And that kind of brief being something that is evidence before the highest court in the land on a constitutional rights issue, I think is really important. And so one of the other things that you talk about a lot in your book, which we talk a lot about Constitutional Accountability Center, is the way that Justice Ginsburg placed the reproductive rights and the right to choose abortion specifically in the idea of equal citizenship stature in the 14th Amendment and this is a shift while the right is still protected under the 14th Amendment still rooted in the Constitution it is at least a rhetorical shift of the way that right had been articulated from when she was arguing to the court the 70s, to a male Supreme Court, which couched the right in privacy.

And I thought one thing that was really interesting that I learned in the Amend Netflix series, that wonderful series hosted by and co-created by Will Smith about the 14th Amendment, was that Justice Douglas, one of the men on the Supreme Court who was a really a force behind the right to privacy including reproductive rights, had recently remarried a much younger woman than himself and subject to gossip and rumors and whatever was perhaps keenly aware of the idea that we should be able to have some privacy when it comes to our most intimate relationships.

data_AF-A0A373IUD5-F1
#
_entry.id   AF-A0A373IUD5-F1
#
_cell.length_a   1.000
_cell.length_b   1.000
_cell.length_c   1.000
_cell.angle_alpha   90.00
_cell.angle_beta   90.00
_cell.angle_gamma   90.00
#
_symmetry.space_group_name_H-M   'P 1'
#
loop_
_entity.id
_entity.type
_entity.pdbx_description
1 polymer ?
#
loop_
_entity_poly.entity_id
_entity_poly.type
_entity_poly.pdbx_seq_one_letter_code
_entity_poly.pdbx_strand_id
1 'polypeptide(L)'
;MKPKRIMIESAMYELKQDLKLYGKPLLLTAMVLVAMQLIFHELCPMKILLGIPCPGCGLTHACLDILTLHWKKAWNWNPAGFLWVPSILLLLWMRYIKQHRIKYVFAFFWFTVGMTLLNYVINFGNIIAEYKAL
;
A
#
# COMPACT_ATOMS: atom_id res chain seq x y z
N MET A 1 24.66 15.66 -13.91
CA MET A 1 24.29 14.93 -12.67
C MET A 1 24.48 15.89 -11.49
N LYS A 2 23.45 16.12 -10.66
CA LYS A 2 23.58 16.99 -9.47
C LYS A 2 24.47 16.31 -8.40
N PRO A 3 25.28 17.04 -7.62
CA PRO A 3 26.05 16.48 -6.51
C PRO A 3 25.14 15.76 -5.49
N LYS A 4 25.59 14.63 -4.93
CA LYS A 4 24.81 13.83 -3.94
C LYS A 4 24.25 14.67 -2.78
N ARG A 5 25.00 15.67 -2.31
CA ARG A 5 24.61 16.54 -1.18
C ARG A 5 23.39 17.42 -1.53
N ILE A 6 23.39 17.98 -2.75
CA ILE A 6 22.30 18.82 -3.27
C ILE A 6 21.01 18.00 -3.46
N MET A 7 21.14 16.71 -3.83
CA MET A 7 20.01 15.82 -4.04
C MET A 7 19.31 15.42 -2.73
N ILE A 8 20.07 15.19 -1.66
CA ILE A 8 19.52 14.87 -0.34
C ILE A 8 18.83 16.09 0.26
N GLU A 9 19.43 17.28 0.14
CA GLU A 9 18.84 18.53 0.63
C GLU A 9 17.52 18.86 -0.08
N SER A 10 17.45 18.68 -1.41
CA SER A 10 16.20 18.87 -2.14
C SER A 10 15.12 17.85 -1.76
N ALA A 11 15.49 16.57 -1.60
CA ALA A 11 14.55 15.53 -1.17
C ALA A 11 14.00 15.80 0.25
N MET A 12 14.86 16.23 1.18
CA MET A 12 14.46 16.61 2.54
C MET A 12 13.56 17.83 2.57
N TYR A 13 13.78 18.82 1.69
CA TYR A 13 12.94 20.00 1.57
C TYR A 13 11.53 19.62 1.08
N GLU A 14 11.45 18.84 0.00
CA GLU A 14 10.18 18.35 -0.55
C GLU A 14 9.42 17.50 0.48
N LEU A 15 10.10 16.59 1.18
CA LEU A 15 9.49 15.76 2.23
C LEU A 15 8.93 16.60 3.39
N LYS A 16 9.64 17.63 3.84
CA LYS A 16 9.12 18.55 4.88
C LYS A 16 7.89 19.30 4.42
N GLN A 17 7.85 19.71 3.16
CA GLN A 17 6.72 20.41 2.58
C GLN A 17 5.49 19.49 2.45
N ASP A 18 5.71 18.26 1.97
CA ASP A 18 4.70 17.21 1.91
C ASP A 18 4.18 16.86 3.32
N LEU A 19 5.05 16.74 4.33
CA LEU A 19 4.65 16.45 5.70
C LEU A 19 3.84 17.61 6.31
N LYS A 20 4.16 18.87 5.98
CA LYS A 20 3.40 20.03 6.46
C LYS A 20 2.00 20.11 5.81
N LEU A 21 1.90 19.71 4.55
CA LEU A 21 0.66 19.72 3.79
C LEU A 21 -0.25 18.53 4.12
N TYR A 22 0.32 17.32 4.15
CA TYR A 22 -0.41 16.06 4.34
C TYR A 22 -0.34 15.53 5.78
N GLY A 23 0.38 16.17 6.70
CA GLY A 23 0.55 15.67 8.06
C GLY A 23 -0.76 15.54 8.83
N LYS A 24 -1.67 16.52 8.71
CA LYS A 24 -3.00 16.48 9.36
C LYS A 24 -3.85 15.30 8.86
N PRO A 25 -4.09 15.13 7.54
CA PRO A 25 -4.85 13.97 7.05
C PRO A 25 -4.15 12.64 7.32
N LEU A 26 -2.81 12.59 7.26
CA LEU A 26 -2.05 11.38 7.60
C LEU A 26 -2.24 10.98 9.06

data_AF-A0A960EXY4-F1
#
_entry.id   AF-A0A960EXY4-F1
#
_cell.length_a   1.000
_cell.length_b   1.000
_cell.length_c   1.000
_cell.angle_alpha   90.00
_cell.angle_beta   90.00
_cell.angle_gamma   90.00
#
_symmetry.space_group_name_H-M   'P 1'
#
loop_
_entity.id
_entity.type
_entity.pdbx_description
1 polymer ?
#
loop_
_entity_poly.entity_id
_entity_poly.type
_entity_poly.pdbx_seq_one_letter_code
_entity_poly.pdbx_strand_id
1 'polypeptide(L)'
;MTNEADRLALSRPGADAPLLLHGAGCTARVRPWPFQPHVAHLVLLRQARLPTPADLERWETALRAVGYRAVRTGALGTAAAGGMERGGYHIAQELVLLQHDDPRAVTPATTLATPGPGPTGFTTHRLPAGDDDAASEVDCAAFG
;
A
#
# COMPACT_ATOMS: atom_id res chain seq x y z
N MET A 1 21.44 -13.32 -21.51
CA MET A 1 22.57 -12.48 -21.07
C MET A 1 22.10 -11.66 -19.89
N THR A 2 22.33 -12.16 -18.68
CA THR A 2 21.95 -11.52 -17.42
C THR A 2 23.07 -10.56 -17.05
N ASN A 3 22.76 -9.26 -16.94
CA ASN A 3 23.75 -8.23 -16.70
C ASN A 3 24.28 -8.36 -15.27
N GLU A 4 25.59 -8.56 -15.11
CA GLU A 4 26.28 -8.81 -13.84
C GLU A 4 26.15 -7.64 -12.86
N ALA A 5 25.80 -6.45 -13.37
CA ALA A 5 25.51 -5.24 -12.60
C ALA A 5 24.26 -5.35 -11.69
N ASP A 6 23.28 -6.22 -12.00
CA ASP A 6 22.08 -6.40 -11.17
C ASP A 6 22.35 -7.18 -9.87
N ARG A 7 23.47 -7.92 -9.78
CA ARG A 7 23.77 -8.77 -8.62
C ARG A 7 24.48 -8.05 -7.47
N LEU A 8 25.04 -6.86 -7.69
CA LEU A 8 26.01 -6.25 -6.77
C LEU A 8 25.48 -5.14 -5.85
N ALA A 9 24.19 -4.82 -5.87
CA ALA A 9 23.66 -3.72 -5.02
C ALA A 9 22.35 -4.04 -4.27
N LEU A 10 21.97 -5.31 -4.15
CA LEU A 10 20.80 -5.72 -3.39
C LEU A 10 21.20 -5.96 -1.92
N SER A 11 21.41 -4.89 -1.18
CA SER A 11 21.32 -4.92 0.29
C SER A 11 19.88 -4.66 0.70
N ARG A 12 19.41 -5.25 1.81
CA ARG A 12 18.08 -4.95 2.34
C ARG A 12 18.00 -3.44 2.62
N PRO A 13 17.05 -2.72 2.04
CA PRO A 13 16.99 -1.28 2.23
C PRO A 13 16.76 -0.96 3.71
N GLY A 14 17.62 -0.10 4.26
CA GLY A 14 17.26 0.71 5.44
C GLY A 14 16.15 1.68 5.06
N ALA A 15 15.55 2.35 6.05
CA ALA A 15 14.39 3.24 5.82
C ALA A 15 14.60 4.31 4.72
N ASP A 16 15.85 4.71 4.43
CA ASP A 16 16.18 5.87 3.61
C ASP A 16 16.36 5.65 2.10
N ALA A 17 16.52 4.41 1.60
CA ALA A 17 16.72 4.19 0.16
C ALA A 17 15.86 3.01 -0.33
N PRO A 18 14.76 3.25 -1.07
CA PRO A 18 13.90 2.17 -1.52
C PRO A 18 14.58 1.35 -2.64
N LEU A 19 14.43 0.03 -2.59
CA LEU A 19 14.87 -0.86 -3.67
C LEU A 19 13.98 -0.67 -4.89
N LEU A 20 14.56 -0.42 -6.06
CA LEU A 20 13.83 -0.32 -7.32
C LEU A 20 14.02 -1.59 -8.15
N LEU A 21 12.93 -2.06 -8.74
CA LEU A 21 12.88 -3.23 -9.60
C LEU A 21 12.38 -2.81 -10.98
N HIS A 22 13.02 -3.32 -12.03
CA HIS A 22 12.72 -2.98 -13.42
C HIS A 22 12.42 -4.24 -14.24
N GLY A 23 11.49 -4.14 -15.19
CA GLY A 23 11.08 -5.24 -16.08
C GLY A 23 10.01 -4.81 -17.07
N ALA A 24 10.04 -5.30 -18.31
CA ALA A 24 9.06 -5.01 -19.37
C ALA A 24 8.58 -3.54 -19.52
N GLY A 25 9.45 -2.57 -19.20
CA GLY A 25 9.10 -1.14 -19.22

But that really brought home the idea that who is on the court and how they connect to these rights really matters. Because to me is it just you know, putting aside as a constitutional scholar and a constitutional lawyer, as a person who wants to have autonomy and control over their basic destiny, the idea that you cannot have equal citizenship stature without having the most fundamental right to control your own body and your own reproductive capacity, you know, that is very powerful.